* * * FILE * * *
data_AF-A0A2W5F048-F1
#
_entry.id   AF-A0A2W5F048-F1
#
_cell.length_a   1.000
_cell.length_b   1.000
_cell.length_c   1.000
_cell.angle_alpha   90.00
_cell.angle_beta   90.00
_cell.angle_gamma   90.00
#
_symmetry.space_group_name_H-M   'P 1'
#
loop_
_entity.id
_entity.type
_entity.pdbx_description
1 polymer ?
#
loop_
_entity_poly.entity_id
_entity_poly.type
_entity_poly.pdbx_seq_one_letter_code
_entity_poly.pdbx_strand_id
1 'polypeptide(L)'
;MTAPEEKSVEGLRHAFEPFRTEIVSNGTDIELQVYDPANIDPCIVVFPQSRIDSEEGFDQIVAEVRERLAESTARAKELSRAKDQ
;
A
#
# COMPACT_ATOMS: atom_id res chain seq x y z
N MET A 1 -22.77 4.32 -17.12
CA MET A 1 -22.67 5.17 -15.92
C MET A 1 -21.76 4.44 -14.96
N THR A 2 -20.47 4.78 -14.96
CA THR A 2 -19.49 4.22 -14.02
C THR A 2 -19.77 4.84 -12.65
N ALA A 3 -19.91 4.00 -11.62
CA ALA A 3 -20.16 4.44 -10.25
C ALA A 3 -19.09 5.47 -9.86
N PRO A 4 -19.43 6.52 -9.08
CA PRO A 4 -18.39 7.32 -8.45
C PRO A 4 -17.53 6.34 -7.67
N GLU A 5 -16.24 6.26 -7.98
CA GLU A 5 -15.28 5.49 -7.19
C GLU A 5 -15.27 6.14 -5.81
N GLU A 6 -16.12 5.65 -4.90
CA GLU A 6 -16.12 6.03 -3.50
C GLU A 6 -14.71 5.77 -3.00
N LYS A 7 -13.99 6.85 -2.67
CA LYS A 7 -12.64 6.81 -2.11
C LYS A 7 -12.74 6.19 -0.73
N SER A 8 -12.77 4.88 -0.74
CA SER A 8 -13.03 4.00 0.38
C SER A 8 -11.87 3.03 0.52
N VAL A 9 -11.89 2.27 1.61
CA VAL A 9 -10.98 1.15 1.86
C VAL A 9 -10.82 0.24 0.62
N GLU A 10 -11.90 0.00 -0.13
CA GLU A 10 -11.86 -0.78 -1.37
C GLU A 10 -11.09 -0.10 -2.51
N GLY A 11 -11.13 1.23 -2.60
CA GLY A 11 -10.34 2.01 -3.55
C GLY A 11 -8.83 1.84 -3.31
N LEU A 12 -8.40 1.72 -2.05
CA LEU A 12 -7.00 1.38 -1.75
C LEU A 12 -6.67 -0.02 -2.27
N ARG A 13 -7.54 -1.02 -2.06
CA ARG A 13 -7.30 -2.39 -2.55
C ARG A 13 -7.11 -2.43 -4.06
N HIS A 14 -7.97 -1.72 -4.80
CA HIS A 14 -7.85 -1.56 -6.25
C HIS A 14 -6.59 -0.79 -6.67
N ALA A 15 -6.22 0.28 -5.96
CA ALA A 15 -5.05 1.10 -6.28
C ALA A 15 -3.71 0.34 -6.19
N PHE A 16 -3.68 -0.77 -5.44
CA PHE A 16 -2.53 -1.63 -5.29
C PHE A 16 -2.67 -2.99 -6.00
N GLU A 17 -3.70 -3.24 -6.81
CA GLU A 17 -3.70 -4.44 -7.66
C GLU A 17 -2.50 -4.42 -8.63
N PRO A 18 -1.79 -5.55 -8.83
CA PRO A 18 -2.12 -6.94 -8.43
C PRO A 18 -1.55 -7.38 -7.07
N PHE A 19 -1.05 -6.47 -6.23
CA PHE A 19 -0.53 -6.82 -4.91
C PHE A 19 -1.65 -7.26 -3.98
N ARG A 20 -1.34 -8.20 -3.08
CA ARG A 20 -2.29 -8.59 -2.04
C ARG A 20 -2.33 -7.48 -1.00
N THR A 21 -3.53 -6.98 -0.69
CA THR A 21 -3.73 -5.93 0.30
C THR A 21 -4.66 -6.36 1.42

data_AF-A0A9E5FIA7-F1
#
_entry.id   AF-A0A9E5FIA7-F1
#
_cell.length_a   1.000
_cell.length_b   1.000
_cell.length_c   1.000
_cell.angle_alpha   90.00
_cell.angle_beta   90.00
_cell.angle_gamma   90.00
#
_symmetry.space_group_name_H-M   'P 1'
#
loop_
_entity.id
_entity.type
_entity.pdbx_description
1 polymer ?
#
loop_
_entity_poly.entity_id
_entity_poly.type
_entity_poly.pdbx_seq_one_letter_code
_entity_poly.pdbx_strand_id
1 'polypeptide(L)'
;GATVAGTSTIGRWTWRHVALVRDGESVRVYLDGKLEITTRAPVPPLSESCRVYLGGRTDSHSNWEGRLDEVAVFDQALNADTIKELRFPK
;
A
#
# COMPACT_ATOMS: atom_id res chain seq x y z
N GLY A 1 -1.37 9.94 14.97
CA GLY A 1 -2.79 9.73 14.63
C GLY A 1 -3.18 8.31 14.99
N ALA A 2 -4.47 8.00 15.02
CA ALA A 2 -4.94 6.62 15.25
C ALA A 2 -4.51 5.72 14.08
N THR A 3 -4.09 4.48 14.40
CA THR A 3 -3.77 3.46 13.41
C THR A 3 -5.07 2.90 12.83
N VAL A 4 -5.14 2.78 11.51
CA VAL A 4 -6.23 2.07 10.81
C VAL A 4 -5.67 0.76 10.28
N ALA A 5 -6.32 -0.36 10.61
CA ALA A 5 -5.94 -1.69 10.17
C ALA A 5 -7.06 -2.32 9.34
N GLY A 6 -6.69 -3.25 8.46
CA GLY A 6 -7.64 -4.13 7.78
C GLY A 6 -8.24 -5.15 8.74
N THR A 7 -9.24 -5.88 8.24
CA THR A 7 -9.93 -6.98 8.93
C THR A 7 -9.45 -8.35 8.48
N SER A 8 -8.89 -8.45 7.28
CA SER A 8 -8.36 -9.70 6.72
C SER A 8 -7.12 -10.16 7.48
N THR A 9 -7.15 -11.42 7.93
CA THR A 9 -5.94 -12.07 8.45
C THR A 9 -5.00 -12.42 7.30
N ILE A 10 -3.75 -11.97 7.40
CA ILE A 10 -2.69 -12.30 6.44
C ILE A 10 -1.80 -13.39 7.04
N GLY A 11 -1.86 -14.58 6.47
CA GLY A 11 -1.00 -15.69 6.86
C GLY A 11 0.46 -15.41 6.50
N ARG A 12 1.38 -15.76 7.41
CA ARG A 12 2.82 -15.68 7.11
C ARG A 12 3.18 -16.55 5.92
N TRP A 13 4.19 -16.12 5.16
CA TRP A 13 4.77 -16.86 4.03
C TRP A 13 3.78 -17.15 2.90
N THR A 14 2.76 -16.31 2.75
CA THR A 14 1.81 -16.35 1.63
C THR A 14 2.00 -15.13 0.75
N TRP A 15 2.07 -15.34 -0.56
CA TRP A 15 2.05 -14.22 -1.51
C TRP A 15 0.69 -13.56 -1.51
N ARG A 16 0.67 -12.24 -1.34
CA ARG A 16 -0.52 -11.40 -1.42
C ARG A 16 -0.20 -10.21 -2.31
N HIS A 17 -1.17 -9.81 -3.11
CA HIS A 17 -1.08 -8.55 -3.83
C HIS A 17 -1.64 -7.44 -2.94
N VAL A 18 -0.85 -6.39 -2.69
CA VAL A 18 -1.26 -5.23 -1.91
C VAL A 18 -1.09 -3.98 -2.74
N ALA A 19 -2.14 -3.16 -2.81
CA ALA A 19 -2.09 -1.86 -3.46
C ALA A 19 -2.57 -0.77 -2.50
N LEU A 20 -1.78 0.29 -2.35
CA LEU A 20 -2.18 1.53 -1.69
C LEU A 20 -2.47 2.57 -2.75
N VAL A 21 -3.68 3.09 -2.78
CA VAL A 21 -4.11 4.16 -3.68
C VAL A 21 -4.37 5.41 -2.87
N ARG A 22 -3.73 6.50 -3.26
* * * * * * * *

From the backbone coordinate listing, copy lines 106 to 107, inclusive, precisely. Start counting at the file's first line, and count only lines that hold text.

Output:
#
loop_